- The (Anglican) Church of Uganda has joined the Church of Nigeria in severing its ties with the Episcopal Church in America after the latter elected a homosexual bishop. Recently, Ugandan Archbishop Livingstone Mpalanyi-Nkoyoyo also asked Ugandans to reject gays and lesbians.
According to the conservative Archbishop, homosexuality and lesbianism, was now slowly taking root in the country. The Anglican Church of Uganda however joined President Yoweri Museveni - earlier known for making homophobic statements - in condemning these sexual minorities. The Church joins President Museveni in terming homosexuality a "foreign" or non-African practice.
The worldwide Anglican Communion lately has experienced a growing rift between churches in developed and developing countries. With the election of Gene Robinson - a gay priest - to the office of bishop in US Episcopal Church and a similar incident in the Church of England, many Anglican churches in the developing world, in particular Africa, have reacted with outrage.
While the (Anglican) Church of Nigeria has led the campaign against a slow acceptance of homosexuality within the Anglican Communion, several but not all African churches have joined the campaign. Archbishop Mpalanyi-Nkoyoyo now has announced that also the Church of the Province of Uganda has severed its links with its US counterpart over the confirmed election of Bishop Robinson.
Recently, also the Primate of the Church of the Province of Central Africa published an encyclical, saying the election of Bishop Robinson had "brought darkness, disappointment, sadness and grief" to his church province. Speaking of "a schism" in the Anglican faith, Central African Primate Bernard Malango said Anglicans were "now experiencing an overwhelming sense of loss of direction of the Anglican Communion."
Archbishop Malango further announced that there would held be a meeting very shortly of all African Archbishops and it would be at this meeting that "the African Church will critically make its position very clear." The Central African Primate represents the Anglicans of Botswana, Malawi, Zambia, and Zimbabwe.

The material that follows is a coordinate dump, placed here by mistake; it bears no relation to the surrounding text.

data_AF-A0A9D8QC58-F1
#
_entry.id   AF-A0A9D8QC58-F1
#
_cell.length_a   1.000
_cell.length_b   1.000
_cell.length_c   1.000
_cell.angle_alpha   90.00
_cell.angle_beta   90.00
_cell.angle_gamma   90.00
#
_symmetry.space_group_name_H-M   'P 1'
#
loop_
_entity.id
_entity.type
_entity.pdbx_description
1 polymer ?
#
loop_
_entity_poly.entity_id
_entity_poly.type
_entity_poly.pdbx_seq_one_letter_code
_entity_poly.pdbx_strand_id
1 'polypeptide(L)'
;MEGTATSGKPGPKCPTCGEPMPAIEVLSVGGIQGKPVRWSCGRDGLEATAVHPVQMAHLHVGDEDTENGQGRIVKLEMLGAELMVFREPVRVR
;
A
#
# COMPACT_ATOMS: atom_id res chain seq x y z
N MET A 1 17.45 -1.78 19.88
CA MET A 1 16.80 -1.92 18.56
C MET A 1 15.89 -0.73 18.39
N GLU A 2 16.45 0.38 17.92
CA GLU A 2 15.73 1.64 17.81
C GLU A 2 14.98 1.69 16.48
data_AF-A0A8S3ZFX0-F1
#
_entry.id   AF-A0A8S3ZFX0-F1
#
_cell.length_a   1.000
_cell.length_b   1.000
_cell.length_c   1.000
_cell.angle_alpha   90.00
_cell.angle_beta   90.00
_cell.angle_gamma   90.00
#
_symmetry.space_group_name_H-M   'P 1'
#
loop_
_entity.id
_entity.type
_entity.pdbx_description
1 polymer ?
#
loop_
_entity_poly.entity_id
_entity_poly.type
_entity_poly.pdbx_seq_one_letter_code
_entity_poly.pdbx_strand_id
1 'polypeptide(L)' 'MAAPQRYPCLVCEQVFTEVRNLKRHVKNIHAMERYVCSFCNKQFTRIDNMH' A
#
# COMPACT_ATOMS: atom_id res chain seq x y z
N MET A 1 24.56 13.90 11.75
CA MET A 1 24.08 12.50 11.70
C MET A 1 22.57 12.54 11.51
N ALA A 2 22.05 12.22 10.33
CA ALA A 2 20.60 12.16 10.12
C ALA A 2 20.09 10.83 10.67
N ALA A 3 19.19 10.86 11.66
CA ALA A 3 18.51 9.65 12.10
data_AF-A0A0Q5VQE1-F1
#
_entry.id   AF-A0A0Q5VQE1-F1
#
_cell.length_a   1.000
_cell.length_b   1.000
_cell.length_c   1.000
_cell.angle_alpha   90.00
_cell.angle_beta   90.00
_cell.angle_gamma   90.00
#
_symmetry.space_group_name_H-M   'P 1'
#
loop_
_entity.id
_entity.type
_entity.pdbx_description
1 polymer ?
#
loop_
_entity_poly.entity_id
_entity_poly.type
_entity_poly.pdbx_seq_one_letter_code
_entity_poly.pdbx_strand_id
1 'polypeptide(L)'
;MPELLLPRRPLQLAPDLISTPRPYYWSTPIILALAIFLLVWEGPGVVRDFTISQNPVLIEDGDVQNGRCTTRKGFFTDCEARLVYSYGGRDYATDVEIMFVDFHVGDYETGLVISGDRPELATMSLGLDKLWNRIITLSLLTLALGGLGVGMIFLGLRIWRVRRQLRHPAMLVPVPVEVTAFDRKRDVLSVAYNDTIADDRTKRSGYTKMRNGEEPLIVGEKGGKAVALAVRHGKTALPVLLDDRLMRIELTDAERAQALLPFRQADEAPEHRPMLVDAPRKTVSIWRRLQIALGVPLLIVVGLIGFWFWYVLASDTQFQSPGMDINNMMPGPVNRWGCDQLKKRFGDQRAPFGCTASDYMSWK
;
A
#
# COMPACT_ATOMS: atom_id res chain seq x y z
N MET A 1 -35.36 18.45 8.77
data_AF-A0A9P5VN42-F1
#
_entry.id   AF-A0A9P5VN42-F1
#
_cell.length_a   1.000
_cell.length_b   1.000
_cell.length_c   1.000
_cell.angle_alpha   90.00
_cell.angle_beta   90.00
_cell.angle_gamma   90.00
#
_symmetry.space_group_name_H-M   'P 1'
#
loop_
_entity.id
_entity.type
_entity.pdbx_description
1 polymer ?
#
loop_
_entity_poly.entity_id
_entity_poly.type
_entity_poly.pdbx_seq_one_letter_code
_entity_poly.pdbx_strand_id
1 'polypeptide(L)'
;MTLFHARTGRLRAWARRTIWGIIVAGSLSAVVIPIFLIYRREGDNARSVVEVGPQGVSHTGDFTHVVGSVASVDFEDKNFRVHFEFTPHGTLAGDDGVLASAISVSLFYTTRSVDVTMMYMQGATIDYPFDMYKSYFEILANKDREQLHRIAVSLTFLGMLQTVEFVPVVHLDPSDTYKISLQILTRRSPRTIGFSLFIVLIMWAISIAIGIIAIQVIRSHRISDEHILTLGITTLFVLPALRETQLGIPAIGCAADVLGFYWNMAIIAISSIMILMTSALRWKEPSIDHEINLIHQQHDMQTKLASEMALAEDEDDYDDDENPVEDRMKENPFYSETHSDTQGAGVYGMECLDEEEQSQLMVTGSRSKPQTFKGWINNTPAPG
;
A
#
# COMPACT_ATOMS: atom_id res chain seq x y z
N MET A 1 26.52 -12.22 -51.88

The churches of Uganda, Nigeria and Central Africa have been noted as the most conservatives in the row over homosexuality within the Anglican Communion. Ugandan church leaders have termed homosexuality "evil" while the Central African Primate used the occasion to warn Anglicans to "shame the devil" in the ongoing conflict.
It has however also been an African Primate that has stood out as the fiercest defender of other churches' rights to make up their own opinion on the issue of homosexuality. Archbishop Njongonkulu Ndungane of Southern Africa has criticised his African colleagues for creating an unnecessary conflict while there are too many other pressing issues African churches should devote their attention to - for example AIDS, poverty and hunger.
Archbishop Ndungane however is based in the liberal city of Cape Town, also known as "the gay capital of Africa". Archbishop Mpalanyi-Nkoyoyo, on the other side, is located in one of Africa's most conservative capitals, when it comes to the rights of sexual minorities; Kampala.